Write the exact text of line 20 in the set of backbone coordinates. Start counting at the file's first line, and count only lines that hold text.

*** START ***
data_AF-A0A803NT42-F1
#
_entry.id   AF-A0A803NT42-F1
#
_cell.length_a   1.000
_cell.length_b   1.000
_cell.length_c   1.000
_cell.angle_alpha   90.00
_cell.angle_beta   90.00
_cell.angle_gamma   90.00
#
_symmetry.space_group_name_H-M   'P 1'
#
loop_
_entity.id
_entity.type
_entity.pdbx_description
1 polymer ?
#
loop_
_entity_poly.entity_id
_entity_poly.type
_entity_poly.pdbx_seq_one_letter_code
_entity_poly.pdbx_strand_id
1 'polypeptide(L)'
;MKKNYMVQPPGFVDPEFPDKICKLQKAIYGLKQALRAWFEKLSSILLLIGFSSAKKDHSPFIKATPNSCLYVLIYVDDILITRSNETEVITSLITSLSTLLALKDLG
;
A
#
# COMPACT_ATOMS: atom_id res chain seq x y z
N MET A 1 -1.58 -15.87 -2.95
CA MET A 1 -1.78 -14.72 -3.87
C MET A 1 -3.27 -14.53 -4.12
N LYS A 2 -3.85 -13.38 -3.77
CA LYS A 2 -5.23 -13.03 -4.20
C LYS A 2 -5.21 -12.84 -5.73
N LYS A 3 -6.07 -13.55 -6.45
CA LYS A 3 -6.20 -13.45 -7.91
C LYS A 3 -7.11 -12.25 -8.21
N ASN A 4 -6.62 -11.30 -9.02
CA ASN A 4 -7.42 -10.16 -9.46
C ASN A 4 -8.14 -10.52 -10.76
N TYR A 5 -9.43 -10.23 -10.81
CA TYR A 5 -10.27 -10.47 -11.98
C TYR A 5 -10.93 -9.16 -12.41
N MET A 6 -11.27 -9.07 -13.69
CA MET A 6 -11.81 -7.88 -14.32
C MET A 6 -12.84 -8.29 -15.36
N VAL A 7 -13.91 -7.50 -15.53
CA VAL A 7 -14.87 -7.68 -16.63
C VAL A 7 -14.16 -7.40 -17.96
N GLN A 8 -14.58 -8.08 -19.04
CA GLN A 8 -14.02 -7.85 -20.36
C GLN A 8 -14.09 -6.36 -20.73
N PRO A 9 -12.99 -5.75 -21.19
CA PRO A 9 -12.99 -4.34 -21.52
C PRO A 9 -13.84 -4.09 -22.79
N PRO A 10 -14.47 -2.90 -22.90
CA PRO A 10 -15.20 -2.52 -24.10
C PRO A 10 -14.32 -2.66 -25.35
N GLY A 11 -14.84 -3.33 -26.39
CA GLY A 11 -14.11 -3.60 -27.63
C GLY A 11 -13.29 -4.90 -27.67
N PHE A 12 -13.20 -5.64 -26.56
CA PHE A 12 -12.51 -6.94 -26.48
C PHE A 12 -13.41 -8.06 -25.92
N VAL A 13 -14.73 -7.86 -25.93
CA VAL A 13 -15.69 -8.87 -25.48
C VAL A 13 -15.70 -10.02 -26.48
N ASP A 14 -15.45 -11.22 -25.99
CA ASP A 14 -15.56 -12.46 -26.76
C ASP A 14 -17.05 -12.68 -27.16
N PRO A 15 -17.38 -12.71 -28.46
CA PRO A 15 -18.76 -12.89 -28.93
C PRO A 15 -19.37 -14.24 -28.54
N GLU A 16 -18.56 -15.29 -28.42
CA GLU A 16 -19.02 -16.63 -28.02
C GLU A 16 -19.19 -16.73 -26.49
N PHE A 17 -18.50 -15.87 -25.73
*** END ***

loop_